Gentoo Archives: gentoo-dev

From: Brian Harring <ferringb@×××××.com>
To: Duncan <1i5t5.duncan@×××.net>
Cc: gentoo-dev@l.g.o
Subject: Re: [gentoo-dev] Re: openrc portage news item
Date: Sat, 30 Apr 2011 11:47:20
Message-Id: 20110430114643.GC20648@hrair
In Reply to: [gentoo-dev] Re: openrc portage news item by Duncan <>
1 On Sat, Apr 30, 2011 at 07:13:59AM +0000, Duncan wrote:
2 > Brian Harring posted on Fri, 29 Apr 2011 21:59:45 -0700 as excerpted:
3 >
4 > > Checking the boot levels, udev included, same thing- if ROOT=/ and
5 > > baselayout is there already you likely *could* look at the running
6 > > system to see what's needed/in use, and kick rc-update as needed for
7 > > spots where it *isn't*.
8 >
9 > Um... 32-bit chroots for amd64 comes to mind, tho that's just a single
10 > supported case of the general idea. Here, I've adapted the idea slightly
11 > by simply installing a complete system to the chroot, just never actually
12 > /running/ it from there, as a maintained system image that was initially
13 > transferred to USB, now updated thru rsync, for my netbook.
15 What I'm suggesting is mangling the default configs that get pushed in
16 via postinst to reflect the old configs for the spots where it's
17 necessary. The 32bit/64bit scenario there still is addressable- scan
18 the pre-existing rc-update show. If you're just chroot'ing into the
19 sucker without kicking any services within it, you're unaffected
20 either way if it rc-update's a couple of services- you weren't
21 starting the services in the /first/ place after all, so no further
22 fall out.
24 If you were starting services, udev for example, spotting that and
25 transferring it across isn't hard.
27 It's actually slightly more complex than that to track the settings
28 from setup through postinst, but that's implementation details,
29 secondary issue to my original question.
32 > Portage's ROOT is unchanged in these cases, but depending on how the
33 > detection of the running system is achieved, the script might attempt
34 > changes based on the components of the 64-bit HOST system, not the 32-bit
35 > chroot system image, or conversely, changes inappropriate for an image
36 > that never actually boots on its host system. That would *NOT* be a good
37 > thing!
39 Already outlined above how this interpretation is incorrect. It's
40 basically identification of scenarios- your posited (presumably what
41 you run locally since you seem fairly heated about it) scenario looks
42 like it still would fly due to pre-existing configuration being
43 referencable- or you weren't actually configuring it in full, nor
44 running the services from w/in it, so it's a non issue anyways.
46 Either way, I did not say it was necessarily simple; I'm fundamentally
47 asking why those potentials, from the rough look of it, were ruled
48 out.
50 If they were considered, then it should be reasonably easy to point
51 folks at bugs/discussions clarifying why it wasn't considered viable.
53 32bit chroot is one example of where it might be dicey, although
54 frankly I still consider that deployment a bit whacked on it's own.
55 I'm looking for more than just that however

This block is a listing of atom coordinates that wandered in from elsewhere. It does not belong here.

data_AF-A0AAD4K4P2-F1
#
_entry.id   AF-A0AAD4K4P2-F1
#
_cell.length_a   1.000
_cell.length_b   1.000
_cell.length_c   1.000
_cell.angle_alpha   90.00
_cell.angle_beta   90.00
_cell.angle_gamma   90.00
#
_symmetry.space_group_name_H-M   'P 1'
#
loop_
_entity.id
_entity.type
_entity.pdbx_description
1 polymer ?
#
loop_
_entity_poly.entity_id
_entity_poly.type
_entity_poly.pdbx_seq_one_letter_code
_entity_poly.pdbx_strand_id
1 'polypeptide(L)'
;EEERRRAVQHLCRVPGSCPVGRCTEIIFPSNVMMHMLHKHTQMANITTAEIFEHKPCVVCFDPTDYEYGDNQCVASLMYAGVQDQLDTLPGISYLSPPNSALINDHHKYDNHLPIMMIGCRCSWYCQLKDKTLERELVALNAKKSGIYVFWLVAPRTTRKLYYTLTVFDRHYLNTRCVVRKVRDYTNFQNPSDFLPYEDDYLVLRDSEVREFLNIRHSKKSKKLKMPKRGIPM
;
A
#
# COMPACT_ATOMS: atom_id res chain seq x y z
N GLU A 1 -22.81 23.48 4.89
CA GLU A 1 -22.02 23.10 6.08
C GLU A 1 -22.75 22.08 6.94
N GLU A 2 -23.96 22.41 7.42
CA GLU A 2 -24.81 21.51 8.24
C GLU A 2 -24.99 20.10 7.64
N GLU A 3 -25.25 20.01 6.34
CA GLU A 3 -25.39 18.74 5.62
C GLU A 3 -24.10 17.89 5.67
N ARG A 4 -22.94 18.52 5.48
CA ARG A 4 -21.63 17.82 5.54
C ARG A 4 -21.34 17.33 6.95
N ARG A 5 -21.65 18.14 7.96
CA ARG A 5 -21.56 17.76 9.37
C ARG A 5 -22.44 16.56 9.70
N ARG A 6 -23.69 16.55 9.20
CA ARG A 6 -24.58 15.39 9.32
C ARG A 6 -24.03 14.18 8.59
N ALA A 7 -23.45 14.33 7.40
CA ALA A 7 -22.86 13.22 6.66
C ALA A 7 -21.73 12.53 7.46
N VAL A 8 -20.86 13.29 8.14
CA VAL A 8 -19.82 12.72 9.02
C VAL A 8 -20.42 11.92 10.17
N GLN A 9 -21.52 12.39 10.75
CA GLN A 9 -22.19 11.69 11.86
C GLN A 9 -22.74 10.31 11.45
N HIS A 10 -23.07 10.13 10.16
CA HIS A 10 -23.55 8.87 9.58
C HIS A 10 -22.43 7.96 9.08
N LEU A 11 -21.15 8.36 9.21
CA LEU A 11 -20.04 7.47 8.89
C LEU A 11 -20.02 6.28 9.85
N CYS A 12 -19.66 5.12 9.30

58 > Meanwhile, all this is a rather nice idea in theory, but with literally
59 > days left before pulling the trigger, now's rather late in the game to
60 > bring the suggestion.
62 It's an arbitrary deadline. To be clear, it's an arbitrary deadline
63 that has a horrid ass set of "do these things or your system is
64 fubared", plus that pkg_pretend frankly is a different form of
65 horrible beyond that.
67 While late in the game, frankly it just came to the attention- I've
68 ran openrc basically since day 1. It crossed the radar only recently
69 due to the desired announcement requesting feedback- which means
70 feedback on the change itself, fundamentally.
72 Regardless, what you're offering up here is deflections/excuses to
73 just do it. Which... frankly, that's fine. If that's peoples
74 decision in full, fine, they own that decision.
76 If the potentials weren't explored, it would be useful *knowing* so
77 looking at reducing the pain can be done- if they *were* explored and
78 discarded, then it saves folks the time of digging into it further.
80 Simple enough.
83 > Are you actually trying to delay the upgrade to OpenRC /forever/? Why?
85 Chill the hell down. I didn't kick your puppy, nor did I steal your
86 lunch money in 7th grade. I may have mocked your 'flock of seagulls'
87 haircut (or 'bieber' haircut for the younguns), but they're stupid
88 haircuts- it was deserved ;)
90 Joke aside, I asked a valid question. Rhetorical nonsense isn't a
91 valid response, nor useful.
94 > Meanwhile, Gentoo has always been about expecting Gentoo's users to take
95 > responsibility as their own sysadmins. Yes, we document, and automate
96 > where reasonably possible, but there's a reason for etc-update, dispatch-
97 > conf, etc.
99 While that's a fun quotation to use, you basically just aligned with
100 exactly why I'm asking this. Yes, users must function as the
101 sysadmin/SA of their system.
103 A proper SA avoids upgrade pathways were possible that require
104 manual intervention. This requires manual intervention.
106 Said proper SA's also have a rather large hatred of anything that can
107 leave a system nonbootable (rant: including crappy SA's who don't
108 verify the !@#*ing thing comes back up in a proper hot/warm state).
109 This qualifies for that.
111 Again, not saying this approach can't be taken if needed- I'm asking
112 what alternatives were ruled out in getting to this point.
114 ~brian


Subject Author
Re: [gentoo-dev] Re: openrc portage news item Rich Freeman <rich0@g.o>